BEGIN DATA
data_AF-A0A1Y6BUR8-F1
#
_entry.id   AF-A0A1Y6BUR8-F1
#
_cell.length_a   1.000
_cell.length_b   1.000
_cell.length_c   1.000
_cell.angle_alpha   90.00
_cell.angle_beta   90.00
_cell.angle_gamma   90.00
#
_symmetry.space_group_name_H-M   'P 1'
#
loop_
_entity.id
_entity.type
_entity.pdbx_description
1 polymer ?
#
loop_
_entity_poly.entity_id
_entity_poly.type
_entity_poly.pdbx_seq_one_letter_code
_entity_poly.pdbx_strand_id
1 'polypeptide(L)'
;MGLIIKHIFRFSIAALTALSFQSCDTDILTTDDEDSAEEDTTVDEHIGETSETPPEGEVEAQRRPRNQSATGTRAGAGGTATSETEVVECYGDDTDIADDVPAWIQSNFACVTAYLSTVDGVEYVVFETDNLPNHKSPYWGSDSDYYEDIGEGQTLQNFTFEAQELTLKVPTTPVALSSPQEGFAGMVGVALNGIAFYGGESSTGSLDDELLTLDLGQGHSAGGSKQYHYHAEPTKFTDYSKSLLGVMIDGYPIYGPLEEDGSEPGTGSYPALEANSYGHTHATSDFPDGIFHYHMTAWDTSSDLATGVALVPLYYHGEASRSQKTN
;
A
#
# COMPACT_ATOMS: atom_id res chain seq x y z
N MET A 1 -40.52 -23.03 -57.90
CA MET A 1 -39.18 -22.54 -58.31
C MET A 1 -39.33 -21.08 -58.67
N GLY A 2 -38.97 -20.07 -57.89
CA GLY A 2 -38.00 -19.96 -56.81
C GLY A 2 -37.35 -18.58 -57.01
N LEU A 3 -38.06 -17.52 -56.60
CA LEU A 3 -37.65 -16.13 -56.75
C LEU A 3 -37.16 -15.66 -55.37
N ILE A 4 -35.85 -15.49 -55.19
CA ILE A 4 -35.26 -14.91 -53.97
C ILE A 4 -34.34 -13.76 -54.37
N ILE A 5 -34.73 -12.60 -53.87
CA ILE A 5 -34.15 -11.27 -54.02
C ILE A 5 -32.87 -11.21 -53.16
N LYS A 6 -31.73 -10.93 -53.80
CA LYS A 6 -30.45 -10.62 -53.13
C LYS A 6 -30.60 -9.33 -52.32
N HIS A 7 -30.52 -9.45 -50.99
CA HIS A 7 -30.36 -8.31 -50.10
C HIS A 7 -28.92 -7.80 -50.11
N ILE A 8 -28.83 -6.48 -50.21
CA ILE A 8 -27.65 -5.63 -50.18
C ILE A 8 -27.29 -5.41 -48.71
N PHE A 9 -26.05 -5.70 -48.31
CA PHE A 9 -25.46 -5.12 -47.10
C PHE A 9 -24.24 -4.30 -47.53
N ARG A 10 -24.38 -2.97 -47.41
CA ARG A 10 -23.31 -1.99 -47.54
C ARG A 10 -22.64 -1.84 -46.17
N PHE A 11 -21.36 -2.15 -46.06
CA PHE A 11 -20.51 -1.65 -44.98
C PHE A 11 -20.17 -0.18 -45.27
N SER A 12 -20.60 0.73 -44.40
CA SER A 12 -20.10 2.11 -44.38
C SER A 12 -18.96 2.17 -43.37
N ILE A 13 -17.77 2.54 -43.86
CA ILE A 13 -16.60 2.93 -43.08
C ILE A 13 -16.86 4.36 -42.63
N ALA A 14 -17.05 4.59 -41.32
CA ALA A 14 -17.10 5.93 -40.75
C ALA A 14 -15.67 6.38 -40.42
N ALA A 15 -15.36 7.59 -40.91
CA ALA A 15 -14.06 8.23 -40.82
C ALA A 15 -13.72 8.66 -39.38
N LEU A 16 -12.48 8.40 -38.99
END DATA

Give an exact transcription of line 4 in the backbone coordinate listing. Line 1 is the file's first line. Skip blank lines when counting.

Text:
#